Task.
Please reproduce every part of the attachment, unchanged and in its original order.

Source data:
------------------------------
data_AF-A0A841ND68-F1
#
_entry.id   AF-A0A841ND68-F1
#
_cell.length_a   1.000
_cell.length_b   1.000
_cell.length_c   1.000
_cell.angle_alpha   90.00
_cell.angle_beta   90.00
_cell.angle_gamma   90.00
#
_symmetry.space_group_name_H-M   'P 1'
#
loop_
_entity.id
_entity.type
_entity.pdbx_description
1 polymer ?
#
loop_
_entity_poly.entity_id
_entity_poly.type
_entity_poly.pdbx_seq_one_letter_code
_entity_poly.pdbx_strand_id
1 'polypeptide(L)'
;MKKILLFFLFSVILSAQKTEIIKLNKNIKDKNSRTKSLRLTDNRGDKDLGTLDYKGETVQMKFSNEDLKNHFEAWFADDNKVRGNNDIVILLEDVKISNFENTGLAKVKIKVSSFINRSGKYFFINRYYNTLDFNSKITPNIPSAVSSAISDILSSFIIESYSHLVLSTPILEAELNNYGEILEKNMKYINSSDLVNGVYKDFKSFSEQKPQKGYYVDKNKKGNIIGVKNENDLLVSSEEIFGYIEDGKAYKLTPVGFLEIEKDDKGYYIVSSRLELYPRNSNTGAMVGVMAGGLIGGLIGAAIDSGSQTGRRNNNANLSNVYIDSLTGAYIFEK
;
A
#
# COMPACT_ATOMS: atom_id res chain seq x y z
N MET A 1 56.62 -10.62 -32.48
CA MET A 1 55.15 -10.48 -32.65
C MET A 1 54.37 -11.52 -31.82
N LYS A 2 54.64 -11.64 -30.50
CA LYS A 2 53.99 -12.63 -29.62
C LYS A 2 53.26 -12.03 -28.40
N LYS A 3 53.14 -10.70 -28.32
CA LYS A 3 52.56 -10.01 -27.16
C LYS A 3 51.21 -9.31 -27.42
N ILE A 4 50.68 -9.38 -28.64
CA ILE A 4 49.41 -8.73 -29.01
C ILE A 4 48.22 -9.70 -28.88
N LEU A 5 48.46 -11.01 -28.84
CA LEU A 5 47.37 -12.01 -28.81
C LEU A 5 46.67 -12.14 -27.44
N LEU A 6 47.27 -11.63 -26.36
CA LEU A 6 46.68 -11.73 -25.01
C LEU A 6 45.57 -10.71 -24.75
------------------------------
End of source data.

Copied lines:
data_AF-A0A841ND68-F1
#
_entry.id   AF-A0A841ND68-F1
#
_cell.length_a   1.000
_cell.length_b   1.000
_cell.length_c   1.000
_cell.angle_alpha   90.00
_cell.angle_beta   90.00
_cell.angle_gamma   90.00
#
_symmetry.space_group_name_H-M   'P 1'
#
loop_
_entity.id
_entity.type
_entity.pdbx_description
1 polymer ?
#
loop_
_entity_poly.entity_id
_entity_poly.type
_entity_poly.pdbx_seq_one_letter_code
_entity_poly.pdbx_strand_id
1 'polypeptide(L)'
;MKKILLFFLFSVILSAQKTEIIKLNKNIKDKNSRTKSLRLTDNRGDKDLGTLDYKGETVQMKFSNEDLKNHFEAWFADDNKVRGNNDIVILLEDVKISNFENTGLAKVKIKVSSFINRSGKYFFINRYYNTLDFNSKITPNIPSAVSSAISDILSSFIIESYSHLVLSTPILEAELNNYGEILEKNMKYINSSDLVNGVYKDFKSFSEQKPQKGYYVDKNKKGNIIGVKNENDLLVSSEEIFGYIEDGKAYKLTPVGFLEIEKDDKGYYIVSSRLELYPRNSNTGAMVGVMAGGLIGGLIGAAIDSGSQTGRRNNNANLSNVYIDSLTGAYIFEK
;
A
#
# COMPACT_ATOMS: atom_id res chain seq x y z
N MET A 1 56.62 -10.62 -32.48
CA MET A 1 55.15 -10.48 -32.65
C MET A 1 54.37 -11.52 -31.82
N LYS A 2 54.64 -11.64 -30.50
CA LYS A 2 53.99 -12.63 -29.62
C LYS A 2 53.26 -12.03 -28.40
N LYS A 3 53.14 -10.70 -28.32
CA LYS A 3 52.56 -10.01 -27.16
C LYS A 3 51.21 -9.31 -27.42
N ILE A 4 50.68 -9.38 -28.64
CA ILE A 4 49.41 -8.73 -29.01
C ILE A 4 48.22 -9.70 -28.88
N LEU A 5 48.46 -11.01 -28.84
CA LEU A 5 47.37 -12.01 -28.81
C LEU A 5 46.67 -12.14 -27.44
N LEU A 6 47.27 -11.63 -26.36
CA LEU A 6 46.68 -11.73 -25.01
C LEU A 6 45.57 -10.71 -24.75